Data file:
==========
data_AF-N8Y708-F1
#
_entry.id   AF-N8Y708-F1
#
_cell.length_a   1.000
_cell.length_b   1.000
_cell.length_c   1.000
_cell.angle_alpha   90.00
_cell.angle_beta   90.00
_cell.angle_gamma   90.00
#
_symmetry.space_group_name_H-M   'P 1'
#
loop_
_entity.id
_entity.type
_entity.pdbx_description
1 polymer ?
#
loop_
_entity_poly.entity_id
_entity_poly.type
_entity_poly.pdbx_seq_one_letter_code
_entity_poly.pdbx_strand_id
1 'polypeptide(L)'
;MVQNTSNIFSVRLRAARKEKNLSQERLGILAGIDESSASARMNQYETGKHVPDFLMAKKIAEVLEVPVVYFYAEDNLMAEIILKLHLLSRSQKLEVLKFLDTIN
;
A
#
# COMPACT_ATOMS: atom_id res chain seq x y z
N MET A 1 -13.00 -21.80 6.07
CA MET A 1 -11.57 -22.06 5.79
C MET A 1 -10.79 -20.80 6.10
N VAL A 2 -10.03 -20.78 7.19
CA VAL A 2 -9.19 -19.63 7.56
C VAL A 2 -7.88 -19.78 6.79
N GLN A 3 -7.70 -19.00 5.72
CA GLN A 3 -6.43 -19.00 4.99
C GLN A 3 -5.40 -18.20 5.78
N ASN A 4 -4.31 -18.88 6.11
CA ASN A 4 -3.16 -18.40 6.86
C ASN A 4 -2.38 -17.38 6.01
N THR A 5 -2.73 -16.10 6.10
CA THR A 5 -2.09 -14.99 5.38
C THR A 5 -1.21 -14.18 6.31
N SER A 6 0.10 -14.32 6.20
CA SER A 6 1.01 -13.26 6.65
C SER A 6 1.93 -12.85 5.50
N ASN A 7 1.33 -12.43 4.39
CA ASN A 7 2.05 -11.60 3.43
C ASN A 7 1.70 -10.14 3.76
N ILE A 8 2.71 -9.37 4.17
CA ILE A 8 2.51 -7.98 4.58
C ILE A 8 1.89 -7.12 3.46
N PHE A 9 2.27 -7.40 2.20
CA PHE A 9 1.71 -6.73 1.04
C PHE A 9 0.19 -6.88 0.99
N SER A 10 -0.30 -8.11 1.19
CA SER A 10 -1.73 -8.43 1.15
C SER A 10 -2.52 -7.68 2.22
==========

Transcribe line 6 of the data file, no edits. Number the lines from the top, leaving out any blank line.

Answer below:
_cell.length_b   1.000